Couples who are married in a religious ceremony, particularly Irish Catholics, have long been obliged to attend pre-marital counselling.  The Duke and Duchess of Cambridge were counselled by the Archbishop of Canterbury before their April nuptials.

According to Relate, which runs premarital courses on discussing issues such as finances and bringing up children (often major issues when a couple seeks a divorce) it is an important process which could effectively identify catastrophic marital issues before a couple makes that expensive walk down the aisle. 

The average UK couple spends hundreds of hours planning their big day.  The message seems to be that spending two or three more in couples’ therapy may prevent a new husband or wife from ever needing divorce advice. Couples may even choose to formalise their new understanding in a pre nuptial agreement.
For more advice on any of the issues raised follow our family law blog or follow us on!/Divorce_experts  

Friday, 5 August 2011

Will legal aid cuts cause the courts to grind to a halt?

The legal aid, sentencing and punishment of offenders bill was published last month. Today Jon Robbins writing in the Guardian suggests that the legal aid cuts will bring more DIY cases into court and consequently cause the legal system to grind to a halt.

The proposed cuts include the removal of legal aid in all private family law cases unless there has been established domestic violence. The consequence of this would be to prevent individuals obtaining legal aid for family law matters, including divorce proceedings and children act proceedings (such as residence and contact disputes).

Mr Robbins notes that last year there were 211,000 family law cases where initial advice and assistance was provided and a further 53,800 where individuals were provided with representation at court under the legal aid system. In future where would those 264,800 people turn?

It is widely anticipated by many family law solicitors that more individuals will choose to act as litigants in person, rather than privately paying for a family solicitor. It is argued that this will cause considerable delays in the already overburdened court system. There is also a concern that those who lack the knowledge and experience to put forward their case effectively will be detrimentally affected if they do not receive proper support and assistance.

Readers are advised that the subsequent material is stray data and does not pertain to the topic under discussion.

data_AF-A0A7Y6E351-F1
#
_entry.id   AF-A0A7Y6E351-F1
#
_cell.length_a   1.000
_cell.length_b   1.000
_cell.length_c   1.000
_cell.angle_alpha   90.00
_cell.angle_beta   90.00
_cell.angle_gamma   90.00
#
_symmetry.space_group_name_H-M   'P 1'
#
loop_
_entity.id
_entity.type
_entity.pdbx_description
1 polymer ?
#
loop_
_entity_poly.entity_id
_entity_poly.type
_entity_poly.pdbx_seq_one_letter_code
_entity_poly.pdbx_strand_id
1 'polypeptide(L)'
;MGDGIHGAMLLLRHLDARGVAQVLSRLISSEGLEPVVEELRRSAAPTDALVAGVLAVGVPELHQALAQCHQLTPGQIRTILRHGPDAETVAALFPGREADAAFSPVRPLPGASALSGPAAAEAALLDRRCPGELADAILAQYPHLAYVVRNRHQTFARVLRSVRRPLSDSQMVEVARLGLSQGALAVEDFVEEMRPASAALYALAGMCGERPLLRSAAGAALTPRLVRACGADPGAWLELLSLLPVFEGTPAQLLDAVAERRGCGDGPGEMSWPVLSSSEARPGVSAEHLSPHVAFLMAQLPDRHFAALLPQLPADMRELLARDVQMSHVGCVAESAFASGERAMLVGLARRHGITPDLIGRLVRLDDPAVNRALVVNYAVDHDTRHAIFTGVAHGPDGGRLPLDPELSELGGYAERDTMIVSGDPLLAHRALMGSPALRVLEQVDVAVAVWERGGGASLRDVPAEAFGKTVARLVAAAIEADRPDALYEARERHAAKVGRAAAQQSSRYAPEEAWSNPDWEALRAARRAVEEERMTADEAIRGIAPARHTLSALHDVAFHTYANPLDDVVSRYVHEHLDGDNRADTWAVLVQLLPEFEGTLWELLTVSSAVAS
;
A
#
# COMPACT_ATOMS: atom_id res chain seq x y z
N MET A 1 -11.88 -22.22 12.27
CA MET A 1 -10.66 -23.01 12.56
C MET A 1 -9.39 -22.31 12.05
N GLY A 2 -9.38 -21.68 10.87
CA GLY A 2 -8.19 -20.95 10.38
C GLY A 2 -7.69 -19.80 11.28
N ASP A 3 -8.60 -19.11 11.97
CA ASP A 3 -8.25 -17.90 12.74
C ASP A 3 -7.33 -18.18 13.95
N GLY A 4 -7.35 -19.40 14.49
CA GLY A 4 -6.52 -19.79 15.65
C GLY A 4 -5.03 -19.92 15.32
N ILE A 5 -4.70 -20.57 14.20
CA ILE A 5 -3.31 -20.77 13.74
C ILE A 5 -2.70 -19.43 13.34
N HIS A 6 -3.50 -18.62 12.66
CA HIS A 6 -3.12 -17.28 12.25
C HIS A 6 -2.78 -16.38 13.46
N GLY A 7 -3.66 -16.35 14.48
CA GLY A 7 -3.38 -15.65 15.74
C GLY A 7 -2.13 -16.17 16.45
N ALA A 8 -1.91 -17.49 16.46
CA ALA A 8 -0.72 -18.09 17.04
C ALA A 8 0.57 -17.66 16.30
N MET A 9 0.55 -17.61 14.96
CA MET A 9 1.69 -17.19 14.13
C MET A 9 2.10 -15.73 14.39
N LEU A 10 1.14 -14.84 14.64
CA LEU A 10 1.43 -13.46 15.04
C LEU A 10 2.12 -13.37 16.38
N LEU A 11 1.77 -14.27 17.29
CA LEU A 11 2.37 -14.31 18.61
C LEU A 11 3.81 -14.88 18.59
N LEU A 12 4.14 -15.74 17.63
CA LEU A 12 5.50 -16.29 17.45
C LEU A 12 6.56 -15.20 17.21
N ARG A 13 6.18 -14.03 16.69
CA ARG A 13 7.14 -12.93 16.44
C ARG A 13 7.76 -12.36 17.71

For more advice on family law follow our family law blog or follow us on Twitter @Divorce_experts.

Genius must be shared in a divorce settlement

Billionaire Henry Silverman has reportedly argued that his wife should receive a reduced divorce settlement because it was his 'innate genius' alone that lead to the accumulation of his alleged $450 million fortune.
Under divorce law in England the starting point is a 50/50 division of a couple's finances. The divorce solicitors may then try to find reasons why one party should receive  a greater share. One reason is known as a 'stellar contribution' which no doubt Mr Silverman considers he made.
The family law courts are however very reluctant to treat such exceptional financial contributions as a reason to depart from an equal split of martial assets even where the wealth it generated is extraordinary. This is because our divorce law views the contributions of the breadwinner and homemaker as equal.
Unless, therefore, the genius that generated the wealth is such as to induce a 'gulp' rather than a 'gasp' it will not effect the terms of the divorce settlement.
You will find more divorce advice in our family law blog or you can follow us on Twitter @Divorce_experts.

Thursday, 4 August 2011

The effect is the same...